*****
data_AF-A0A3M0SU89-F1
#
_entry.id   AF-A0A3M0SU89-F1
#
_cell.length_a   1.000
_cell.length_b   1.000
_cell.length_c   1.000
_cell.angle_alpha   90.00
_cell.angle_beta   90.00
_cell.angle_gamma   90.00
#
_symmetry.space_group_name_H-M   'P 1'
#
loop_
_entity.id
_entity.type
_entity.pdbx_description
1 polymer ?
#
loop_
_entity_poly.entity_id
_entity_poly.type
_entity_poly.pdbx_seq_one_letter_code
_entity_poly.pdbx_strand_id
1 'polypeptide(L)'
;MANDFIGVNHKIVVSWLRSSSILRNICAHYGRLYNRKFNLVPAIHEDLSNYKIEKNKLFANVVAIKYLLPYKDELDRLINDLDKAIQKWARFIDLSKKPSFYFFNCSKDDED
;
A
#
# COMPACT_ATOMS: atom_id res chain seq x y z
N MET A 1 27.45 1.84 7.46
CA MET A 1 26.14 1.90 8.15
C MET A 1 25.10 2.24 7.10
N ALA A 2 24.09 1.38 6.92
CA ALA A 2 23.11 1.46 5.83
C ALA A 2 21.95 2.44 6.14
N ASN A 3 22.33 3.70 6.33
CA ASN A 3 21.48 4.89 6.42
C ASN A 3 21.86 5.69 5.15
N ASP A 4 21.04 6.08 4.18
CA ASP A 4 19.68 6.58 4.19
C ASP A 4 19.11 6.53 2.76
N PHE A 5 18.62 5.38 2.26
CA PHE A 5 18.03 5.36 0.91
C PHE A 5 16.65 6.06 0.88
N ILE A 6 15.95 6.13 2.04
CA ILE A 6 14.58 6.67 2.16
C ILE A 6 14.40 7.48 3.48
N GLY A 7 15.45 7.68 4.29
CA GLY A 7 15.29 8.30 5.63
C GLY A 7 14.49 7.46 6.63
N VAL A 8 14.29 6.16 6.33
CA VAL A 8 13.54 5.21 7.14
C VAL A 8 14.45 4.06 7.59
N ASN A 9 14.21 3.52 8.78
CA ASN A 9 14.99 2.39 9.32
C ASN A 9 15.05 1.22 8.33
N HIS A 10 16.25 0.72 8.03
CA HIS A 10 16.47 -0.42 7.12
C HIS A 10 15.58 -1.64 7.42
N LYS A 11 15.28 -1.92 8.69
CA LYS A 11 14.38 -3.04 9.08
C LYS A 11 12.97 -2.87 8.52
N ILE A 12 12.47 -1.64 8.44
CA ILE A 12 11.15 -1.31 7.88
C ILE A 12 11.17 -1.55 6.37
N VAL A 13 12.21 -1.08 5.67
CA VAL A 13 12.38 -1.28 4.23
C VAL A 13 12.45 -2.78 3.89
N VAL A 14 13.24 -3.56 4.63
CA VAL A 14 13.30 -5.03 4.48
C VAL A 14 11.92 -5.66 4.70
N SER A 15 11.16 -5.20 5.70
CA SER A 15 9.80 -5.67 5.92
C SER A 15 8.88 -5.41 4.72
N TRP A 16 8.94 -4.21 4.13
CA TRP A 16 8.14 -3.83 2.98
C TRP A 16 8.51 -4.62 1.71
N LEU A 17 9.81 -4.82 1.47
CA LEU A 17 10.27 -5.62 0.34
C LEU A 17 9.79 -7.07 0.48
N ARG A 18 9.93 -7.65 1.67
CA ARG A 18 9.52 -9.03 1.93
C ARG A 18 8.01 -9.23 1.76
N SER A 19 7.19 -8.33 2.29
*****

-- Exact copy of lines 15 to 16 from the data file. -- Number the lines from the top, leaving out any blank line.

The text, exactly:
_entity.id
_entity.type